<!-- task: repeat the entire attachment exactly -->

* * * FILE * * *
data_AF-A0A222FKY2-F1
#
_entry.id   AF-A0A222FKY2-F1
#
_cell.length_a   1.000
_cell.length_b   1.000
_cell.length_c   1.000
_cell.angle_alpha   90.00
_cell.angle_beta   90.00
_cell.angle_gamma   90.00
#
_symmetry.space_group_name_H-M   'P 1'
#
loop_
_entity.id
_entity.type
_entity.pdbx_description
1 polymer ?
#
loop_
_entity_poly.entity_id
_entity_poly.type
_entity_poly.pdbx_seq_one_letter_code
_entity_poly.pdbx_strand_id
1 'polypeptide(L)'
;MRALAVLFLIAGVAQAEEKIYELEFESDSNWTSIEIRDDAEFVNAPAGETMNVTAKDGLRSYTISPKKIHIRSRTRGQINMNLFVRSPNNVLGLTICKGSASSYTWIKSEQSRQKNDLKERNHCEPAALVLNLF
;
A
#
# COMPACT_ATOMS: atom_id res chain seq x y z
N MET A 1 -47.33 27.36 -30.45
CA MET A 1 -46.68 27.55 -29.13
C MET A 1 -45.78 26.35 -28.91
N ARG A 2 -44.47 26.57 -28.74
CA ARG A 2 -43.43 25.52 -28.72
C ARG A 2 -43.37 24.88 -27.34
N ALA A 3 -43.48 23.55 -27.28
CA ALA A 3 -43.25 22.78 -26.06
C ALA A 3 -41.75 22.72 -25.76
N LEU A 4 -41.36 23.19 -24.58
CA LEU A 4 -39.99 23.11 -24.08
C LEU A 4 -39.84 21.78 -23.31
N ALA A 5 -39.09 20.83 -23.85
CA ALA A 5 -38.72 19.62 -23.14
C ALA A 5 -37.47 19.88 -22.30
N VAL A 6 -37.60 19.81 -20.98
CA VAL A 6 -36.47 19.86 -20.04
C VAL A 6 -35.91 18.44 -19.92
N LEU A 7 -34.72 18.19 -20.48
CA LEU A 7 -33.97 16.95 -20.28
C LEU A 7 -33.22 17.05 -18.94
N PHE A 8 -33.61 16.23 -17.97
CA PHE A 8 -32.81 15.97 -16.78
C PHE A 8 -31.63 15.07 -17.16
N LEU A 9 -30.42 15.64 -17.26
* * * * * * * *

data_AF-A0A222FKY2-F1
#
_entry.id   AF-A0A222FKY2-F1
#
_cell.length_a   1.000
_cell.length_b   1.000
_cell.length_c   1.000
_cell.angle_alpha   90.00
_cell.angle_beta   90.00
_cell.angle_gamma   90.00
#
_symmetry.space_group_name_H-M   'P 1'
#
loop_
_entity.id
_entity.type
_entity.pdbx_description
1 polymer ?
#
loop_
_entity_poly.entity_id
_entity_poly.type
_entity_poly.pdbx_seq_one_letter_code
_entity_poly.pdbx_strand_id
1 'polypeptide(L)'
;MRALAVLFLIAGVAQAEEKIYELEFESDSNWTSIEIRDDAEFVNAPAGETMNVTAKDGLRSYTISPKKIHIRSRTRGQINMNLFVRSPNNVLGLTICKGSASSYTWIKSEQSRQKNDLKERNHCEPAALVLNLF
;
A
#
# COMPACT_ATOMS: atom_id res chain seq x y z
N MET A 1 -47.33 27.36 -30.45
CA MET A 1 -46.68 27.55 -29.13
C MET A 1 -45.78 26.35 -28.91
N ARG A 2 -44.47 26.57 -28.74
CA ARG A 2 -43.43 25.52 -28.72
C ARG A 2 -43.37 24.88 -27.34
N ALA A 3 -43.48 23.55 -27.28
CA ALA A 3 -43.25 22.78 -26.06
C ALA A 3 -41.75 22.72 -25.76
N LEU A 4 -41.36 23.19 -24.58
CA LEU A 4 -39.99 23.11 -24.08
C LEU A 4 -39.84 21.78 -23.31
N ALA A 5 -39.09 20.83 -23.85
CA ALA A 5 -38.72 19.62 -23.14
C ALA A 5 -37.47 19.88 -22.30
N VAL A 6 -37.60 19.81 -20.98
CA VAL A 6 -36.47 19.86 -20.04
C VAL A 6 -35.91 18.44 -19.92
N LEU A 7 -34.72 18.19 -20.48
CA LEU A 7 -33.97 16.95 -20.28
C LEU A 7 -33.22 17.05 -18.94
N PHE A 8 -33.61 16.23 -17.97
CA PHE A 8 -32.81 15.97 -16.78
C PHE A 8 -31.63 15.07 -17.16
N LEU A 9 -30.42 15.64 -17.26